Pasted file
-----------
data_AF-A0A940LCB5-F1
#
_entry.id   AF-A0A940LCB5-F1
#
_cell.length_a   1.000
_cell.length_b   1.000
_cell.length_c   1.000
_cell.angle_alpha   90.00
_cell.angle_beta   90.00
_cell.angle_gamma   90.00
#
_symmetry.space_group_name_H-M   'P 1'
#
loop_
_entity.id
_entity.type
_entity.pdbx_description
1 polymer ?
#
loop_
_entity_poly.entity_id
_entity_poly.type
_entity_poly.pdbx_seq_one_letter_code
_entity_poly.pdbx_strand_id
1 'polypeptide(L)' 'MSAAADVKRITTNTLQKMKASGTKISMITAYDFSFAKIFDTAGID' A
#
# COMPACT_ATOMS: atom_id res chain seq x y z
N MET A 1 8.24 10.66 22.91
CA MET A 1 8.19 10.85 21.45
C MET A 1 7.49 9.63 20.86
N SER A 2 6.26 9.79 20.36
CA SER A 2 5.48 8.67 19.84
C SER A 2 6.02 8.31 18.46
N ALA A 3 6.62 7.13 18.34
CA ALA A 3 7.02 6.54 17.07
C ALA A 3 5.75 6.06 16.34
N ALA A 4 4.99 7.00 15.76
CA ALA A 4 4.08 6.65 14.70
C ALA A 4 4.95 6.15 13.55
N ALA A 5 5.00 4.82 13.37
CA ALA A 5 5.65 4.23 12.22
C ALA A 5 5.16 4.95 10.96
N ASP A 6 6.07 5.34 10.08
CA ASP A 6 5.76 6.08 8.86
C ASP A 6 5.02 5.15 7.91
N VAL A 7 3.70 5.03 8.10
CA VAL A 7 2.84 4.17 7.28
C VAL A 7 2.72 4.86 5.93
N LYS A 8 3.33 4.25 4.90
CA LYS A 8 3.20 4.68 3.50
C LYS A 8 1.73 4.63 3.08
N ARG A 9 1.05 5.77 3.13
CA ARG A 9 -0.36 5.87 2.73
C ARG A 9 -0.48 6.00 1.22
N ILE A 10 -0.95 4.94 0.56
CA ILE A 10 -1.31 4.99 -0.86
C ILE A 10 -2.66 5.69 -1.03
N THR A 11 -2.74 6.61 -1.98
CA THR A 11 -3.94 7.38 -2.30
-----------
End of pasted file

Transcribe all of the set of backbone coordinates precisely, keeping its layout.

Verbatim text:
data_AF-A0A940LCB5-F1
#
_entry.id   AF-A0A940LCB5-F1
#
_cell.length_a   1.000
_cell.length_b   1.000
_cell.length_c   1.000
_cell.angle_alpha   90.00
_cell.angle_beta   90.00
_cell.angle_gamma   90.00
#
_symmetry.space_group_name_H-M   'P 1'
#
loop_
_entity.id
_entity.type
_entity.pdbx_description
1 polymer ?
#
loop_
_entity_poly.entity_id
_entity_poly.type
_entity_poly.pdbx_seq_one_letter_code
_entity_poly.pdbx_strand_id
1 'polypeptide(L)' 'MSAAADVKRITTNTLQKMKASGTKISMITAYDFSFAKIFDTAGID' A
#
# COMPACT_ATOMS: atom_id res chain seq x y z
N MET A 1 8.24 10.66 22.91
CA MET A 1 8.19 10.85 21.45
C MET A 1 7.49 9.63 20.86
N SER A 2 6.26 9.79 20.36
CA SER A 2 5.48 8.67 19.84
C SER A 2 6.02 8.31 18.46
N ALA A 3 6.62 7.13 18.34
CA ALA A 3 7.02 6.54 17.07
C ALA A 3 5.75 6.06 16.34
N ALA A 4 4.99 7.00 15.76
CA ALA A 4 4.08 6.65 14.70
C ALA A 4 4.95 6.15 13.55
N ALA A 5 5.00 4.82 13.37
CA ALA A 5 5.65 4.23 12.22
C ALA A 5 5.16 4.95 10.96
N ASP A 6 6.07 5.34 10.08
CA ASP A 6 5.76 6.08 8.86
C ASP A 6 5.02 5.15 7.91
N VAL A 7 3.70 5.03 8.10
CA VAL A 7 2.84 4.17 7.28
C VAL A 7 2.72 4.86 5.93
N LYS A 8 3.33 4.25 4.90
CA LYS A 8 3.20 4.68 3.50
C LYS A 8 1.73 4.63 3.08
N ARG A 9 1.05 5.77 3.13
CA ARG A 9 -0.36 5.87 2.73
C ARG A 9 -0.48 6.00 1.22
N ILE A 10 -0.95 4.94 0.56
CA ILE A 10 -1.31 4.99 -0.86
C ILE A 10 -2.66 5.69 -1.03
N THR A 11 -2.74 6.61 -1.98
CA THR A 11 -3.94 7.38 -2.30